Comment: Author reviewed 29 published clinical trials. Notable that ACV ointment did cause superficial punctate keratitis in 9.8% of 998 pts and 4% noted burning of the eye with application of agent. Found to compare favorably with other topical antiherpetics available.
    Rating: Important

  3. Borkar DS et al: Association Between Atopy and Herpetic Eye Disease: Results From the Pacific Ocular Inflammation Study. JAMA Ophthalmol Dec 26  [PMID:24370901]

    Comment: This was a retrospective, population-based case-control study of 114 patients with HSV ocular disease and 137 patients with herpes-zoster ocular disease (HZO) in Hawaii. Authors found that patients who had atopy had a 2.6-fold (95% CI, 1.6-4.2) higher odds of having HSVocular disease and 1.8-fold (95% CI, 1.2-2.8) increased odds of having HZO compared to patients without atopy. Patients with 2 or more atopic conditions had an 8.9-fold (95% CI, 3.5-22.6) higher odds of having HSVocular disease and a 2.9-fold (95% CI, 1.1-7.7) higher odds of having HZO.
    Rating: Important

  4. Corey L et al: Once-daily valacyclovir to reduce the risk of transmission of genital herpes. N Engl J Med 350:11, 2004  [PMID:14702423]

    Comment: The authors carried out a study among 528 mutually-monogamous heterosexual couples discordant for HSV-2 infection. Although the antiviral was the intervention under observation, data were also collected re: condom use. When condoms were used more than 70% of the time by the discordant pairs with a positive man and a negative woman, transmission risk was reduced 60% even in the absence of antiviral suppression. Acquisition of infection by the seronegative partner and recurrence and shedding by the positive partner was significantly reduced when valacyclovir was used.
    Rating: Important

  5. Hull CM et al: Combination Antiviral--Anti-Inflammatory Treatment for Recurrent Herpes Simplex Labialis: Rationale and Efficacy Demonstrated with a Novel Composite Efficacy Measure. Antimicrob Agents Chemother Dec 16  [PMID:24342632]
  6. Kimberlin DW et al: Oral acyclovir suppression and neurodevelopment after neonatal herpes. N Engl J Med 365:1284, 2011  [PMID:21991950]

    Comment: A study of 74 infants with neonatal HSV: 45 with CNS involvement were enrolled in a study; 29 with skin, eye and mouth involvement (enrolled in a different study). All 45 neonates with CNS involvement received 14-21 d of parenteral acyclovir and then were randomly assigned to receive acyclovir suppression TID x 6 mo vs placebo. The Mental Development Index of the Bayley Scales of Infant Development (in which scores range from 50 to 150, with a mean of 100 and with higher scores indicating better neurodevelopmental outcomes) was assessed in 28 of the 45 infants with CNS involvement (62%) at 12 months of age. Infants surviving neonatal HSV disease with CNS involvement had significantly improved neurodevelopmental outcomes when they received suppressive therapy with oral acyclovir for 6 months.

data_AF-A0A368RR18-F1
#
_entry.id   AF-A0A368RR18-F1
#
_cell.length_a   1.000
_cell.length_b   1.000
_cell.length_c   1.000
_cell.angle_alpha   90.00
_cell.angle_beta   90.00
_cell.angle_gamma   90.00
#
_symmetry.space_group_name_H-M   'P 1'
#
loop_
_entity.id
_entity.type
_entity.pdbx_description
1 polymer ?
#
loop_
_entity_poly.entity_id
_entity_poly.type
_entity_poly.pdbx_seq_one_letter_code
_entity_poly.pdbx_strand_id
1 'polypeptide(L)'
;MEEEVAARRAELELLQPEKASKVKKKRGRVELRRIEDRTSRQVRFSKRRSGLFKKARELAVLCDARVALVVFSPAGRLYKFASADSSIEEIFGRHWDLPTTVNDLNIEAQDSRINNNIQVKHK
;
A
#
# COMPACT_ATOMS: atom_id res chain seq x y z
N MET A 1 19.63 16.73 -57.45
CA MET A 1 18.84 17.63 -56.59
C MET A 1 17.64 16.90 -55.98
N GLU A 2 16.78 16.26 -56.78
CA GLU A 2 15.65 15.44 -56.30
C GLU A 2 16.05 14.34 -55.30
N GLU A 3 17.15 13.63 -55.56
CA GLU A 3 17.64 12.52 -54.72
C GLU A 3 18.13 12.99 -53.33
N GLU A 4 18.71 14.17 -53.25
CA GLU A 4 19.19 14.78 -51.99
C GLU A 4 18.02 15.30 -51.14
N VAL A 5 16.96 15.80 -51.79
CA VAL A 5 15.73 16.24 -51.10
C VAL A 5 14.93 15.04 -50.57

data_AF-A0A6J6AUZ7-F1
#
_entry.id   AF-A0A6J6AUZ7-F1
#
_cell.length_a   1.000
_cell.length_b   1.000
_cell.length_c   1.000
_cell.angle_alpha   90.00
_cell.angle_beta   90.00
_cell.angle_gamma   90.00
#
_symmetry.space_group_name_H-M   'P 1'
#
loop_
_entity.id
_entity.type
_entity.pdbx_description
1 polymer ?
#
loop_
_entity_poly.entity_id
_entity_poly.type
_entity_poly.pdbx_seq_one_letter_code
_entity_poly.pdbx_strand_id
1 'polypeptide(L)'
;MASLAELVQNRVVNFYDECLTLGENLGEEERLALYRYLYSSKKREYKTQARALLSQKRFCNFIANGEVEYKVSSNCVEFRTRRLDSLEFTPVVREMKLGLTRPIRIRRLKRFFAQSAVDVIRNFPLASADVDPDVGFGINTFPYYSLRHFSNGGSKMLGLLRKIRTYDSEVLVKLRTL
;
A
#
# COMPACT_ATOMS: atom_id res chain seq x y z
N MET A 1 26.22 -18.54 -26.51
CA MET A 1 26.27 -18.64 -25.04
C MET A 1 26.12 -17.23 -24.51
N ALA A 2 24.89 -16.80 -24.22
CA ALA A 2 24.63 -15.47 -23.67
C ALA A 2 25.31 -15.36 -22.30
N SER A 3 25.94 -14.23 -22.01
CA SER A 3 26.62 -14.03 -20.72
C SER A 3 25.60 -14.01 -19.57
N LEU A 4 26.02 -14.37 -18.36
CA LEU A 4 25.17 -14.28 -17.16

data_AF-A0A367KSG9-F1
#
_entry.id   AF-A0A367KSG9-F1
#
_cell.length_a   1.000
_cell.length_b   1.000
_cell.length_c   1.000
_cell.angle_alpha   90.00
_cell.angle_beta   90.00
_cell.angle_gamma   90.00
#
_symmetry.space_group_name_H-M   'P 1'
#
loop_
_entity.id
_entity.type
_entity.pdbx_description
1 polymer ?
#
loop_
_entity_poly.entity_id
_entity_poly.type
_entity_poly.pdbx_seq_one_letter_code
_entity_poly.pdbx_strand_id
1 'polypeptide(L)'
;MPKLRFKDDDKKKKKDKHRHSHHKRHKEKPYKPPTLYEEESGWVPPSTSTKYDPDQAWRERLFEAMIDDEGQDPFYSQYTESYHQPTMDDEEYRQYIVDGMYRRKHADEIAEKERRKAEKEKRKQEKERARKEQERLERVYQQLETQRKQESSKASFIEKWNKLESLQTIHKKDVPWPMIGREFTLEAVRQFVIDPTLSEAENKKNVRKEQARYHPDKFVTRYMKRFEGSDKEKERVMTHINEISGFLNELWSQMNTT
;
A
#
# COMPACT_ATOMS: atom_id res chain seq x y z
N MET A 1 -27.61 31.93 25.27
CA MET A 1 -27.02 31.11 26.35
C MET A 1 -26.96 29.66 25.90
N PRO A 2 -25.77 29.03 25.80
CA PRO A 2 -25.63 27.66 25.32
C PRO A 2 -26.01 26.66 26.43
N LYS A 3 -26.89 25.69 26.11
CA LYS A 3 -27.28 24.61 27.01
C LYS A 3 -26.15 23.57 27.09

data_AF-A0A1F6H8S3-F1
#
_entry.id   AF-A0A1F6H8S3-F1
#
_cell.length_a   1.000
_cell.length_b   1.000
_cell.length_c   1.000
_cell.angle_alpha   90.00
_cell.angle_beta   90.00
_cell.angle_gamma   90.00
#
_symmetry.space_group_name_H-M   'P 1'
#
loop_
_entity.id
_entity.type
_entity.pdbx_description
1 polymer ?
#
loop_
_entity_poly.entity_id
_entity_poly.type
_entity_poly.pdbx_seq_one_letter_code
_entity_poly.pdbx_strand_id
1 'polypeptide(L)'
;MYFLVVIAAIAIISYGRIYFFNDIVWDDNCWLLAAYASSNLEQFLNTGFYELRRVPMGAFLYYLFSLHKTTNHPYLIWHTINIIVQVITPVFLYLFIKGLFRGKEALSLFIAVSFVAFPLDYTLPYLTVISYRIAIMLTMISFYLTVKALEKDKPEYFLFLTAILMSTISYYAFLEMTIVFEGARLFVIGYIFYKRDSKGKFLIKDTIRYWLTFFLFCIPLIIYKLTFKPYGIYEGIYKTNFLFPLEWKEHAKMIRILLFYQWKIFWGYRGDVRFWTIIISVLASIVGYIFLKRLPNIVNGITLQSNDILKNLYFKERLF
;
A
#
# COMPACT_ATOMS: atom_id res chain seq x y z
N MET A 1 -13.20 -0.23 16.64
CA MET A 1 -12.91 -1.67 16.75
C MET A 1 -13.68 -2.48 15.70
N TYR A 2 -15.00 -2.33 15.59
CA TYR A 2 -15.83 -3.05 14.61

Rating: Important

  7. Mujugira A et al: Daily acyclovir to decrease herpes simplex virus type 2 (HSV-2) transmission from HSV-2/HIV-1 coinfected persons: a randomized controlled trial. J Infect Dis 208:1366, 2013  [PMID:23901094]

    Comment: This randomized controlled trial evaluated the impact of acyclovir 400mg twice daily on prevention of transmission of HSV-2 genital herpes in HIV-1/HSV-2 discordant couples in Africa. Key findings: Treatment of HSV-2/HIV-1-infected persons with daily suppressive acyclovir did not decrease risk of HSV-2 transmission to susceptible partners.
    Rating: Important

  8. Lautenschlager S, Eichmann A: The heterogeneous clinical spectrum of genital herpes. Dermatology 202:211, 2001  [PMID:11385226]

    Comment: Report of a chart review of 170 patients seen on referral to a dermatology clinic found to have culture-confirmed HSV. This specialty practice was likely to see "outliers" in presentation as only 49% had "typical" cluster genital lesions. Single ulcers, erosion, crusts, fissures, edema, erythema were seen. Women were more likely to have extragenital lesions than were men.
    Rating: Important

  9. Shalabi M, Whitley RJ: Recurrent benign lymphocytic meningitis. Clin Infect Dis 43:1194, 2006  [PMID:17029141]

    Comment: Excellent review on RBLM.

  10. Filén F et al: Duplex real-time polymerase chain reaction assay for detection and quantification of herpes simplex virus type 1 and herpes simplex virus type 2 in genital and cutaneous lesions. Sex Transm Dis 31:331, 2004  [PMID:15167640]

    Comment: The authors report the findings of a study among 89 pts with HSV-like lesions--81 with genital and 8 with cutaneous lesions. Specimens were collected for quantitative duplex PCR and culture; 64% were PCR positive; 51% were cx positive. PCR detected 30 of 34 primary and 24 of 29 recurrent infections. 2 HSV-1 samples were positive on cx only despite repeated PCR attempts. Symptomatic pts had significantly higher copy number on PCR. In this study, duplex qPCR for HSV-1 and HSV-2 was more sensitive than the gold standard cx for mucocutaneous HSV.
    Rating: Important

  11. Tran TH et al: Clinical characteristics of acute HSV-2 retinal necrosis. Am J Ophthalmol 137:872, 2004  [PMID:15126152]

    Comment: The authors report the largest case series of 11 patients/12 eyes with HSV-2 acute retinal necrosis (ARN) and review the world's literature. Although other infections are associated with ARN, the authors identify some HSV-2 specific features including: young age at DX, hx of HSV at birth, preexisting chorioretinal scar in the ARN eye, triggering events such as trauma or steroids. Also, the clinical syndrome described with HSV-2 is more aggressive and rapid. This is a sight threatening condition and requires prompt consultative referral to an ophthalmologist.
    Rating: Important

  12. Darougar S, Wishart MS, Viswalingam ND: Epidemiological and clinical features of primary herpes simplex virus ocular infection. Br J Ophthalmol 69:2, 1985  [PMID:3965025]

    Comment: The majority of the 108 patients (64%) were over the age of 14 years. Major finding was vesicles and ulcers of the lids, papillary responses of the upper lid conjunctiva, folliculitis of the lower conjunctiva and punctate keratitis. Moderate to severe disease was noted in over 50%. Chronic blepharoconjunctivitis lasting for months was seen in 15%. Treatment acutely should be given in consultation with an ophthalmologist.